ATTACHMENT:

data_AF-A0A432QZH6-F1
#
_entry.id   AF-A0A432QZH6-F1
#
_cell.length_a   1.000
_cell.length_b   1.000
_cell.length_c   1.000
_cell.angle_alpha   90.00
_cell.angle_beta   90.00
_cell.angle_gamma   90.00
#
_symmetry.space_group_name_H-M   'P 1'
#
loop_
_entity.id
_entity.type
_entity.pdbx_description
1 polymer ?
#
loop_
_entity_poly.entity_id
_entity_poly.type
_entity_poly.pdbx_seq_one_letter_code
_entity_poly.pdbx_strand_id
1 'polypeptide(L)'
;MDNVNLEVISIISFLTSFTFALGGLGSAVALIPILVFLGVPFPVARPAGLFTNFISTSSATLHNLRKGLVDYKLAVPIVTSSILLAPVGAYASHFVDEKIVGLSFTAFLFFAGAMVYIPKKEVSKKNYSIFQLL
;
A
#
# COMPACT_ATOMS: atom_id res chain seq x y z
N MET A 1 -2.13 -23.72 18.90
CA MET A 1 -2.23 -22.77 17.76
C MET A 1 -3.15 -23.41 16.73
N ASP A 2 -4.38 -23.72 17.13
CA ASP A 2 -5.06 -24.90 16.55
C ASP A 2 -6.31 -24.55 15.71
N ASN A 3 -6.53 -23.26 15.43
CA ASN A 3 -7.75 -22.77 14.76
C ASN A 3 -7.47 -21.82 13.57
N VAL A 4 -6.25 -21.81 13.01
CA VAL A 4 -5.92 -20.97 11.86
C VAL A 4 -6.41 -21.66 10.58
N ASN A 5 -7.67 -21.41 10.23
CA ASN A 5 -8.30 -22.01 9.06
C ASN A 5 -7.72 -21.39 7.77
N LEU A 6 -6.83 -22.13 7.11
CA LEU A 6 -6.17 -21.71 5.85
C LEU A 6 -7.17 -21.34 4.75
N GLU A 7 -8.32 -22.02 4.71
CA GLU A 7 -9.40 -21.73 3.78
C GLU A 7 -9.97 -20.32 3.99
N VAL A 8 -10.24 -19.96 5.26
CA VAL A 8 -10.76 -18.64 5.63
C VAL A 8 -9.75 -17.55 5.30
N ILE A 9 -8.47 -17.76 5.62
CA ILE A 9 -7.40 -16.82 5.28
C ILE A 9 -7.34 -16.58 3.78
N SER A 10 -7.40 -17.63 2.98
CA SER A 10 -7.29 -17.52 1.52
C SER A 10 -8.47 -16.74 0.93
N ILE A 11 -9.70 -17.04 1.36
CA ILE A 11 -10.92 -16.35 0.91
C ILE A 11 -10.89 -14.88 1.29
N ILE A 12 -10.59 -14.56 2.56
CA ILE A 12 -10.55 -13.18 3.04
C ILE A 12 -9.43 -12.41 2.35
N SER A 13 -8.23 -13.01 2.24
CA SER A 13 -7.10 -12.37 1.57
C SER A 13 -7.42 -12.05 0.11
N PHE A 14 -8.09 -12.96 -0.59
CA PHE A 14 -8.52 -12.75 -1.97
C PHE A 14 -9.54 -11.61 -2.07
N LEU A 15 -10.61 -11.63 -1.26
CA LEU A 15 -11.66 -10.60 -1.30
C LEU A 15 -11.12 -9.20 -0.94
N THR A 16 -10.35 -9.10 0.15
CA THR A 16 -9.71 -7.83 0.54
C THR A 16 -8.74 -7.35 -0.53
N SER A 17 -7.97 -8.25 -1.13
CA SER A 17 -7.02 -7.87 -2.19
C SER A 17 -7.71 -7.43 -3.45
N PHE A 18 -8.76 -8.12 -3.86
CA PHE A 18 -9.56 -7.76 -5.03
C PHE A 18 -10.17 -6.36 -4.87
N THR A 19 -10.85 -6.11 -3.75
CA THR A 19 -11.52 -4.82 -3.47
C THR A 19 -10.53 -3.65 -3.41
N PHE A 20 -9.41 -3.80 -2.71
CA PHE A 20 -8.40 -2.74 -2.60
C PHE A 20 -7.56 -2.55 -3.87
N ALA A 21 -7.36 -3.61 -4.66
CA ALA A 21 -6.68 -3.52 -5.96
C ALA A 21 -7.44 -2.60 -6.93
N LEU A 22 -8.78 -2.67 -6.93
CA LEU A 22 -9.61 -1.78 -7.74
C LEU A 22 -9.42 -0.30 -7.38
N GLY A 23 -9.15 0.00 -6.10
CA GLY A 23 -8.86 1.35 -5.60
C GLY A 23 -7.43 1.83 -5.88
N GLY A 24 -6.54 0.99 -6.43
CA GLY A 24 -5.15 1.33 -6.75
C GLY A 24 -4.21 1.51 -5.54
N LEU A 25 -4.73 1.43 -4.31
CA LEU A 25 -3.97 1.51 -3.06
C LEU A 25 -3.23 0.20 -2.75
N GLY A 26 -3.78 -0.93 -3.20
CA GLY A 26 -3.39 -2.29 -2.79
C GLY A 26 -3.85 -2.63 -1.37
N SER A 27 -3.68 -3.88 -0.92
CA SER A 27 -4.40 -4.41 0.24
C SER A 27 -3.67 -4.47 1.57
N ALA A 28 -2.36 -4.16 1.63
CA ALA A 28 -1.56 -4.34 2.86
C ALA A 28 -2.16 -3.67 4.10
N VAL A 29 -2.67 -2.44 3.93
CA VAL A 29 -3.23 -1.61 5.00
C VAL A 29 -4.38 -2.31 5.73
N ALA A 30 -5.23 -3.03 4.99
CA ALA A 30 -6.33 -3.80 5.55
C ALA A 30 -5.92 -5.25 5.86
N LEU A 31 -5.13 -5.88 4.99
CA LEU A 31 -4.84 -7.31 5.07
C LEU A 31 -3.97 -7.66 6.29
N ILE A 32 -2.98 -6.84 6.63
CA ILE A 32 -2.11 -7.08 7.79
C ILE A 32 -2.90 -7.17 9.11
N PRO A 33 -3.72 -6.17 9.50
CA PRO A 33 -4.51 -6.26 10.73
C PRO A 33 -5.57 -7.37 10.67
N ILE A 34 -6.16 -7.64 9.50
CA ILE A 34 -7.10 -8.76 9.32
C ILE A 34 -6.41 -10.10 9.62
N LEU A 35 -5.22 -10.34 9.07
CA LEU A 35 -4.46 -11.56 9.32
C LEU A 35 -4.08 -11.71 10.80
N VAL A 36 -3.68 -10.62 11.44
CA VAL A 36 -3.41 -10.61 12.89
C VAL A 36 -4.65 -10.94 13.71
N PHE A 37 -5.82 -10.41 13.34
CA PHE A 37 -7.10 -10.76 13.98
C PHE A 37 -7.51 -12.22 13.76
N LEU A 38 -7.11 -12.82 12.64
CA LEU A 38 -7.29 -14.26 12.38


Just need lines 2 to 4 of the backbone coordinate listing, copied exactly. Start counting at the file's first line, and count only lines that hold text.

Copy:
#
_entry.id   AF-A0A432QZH6-F1
#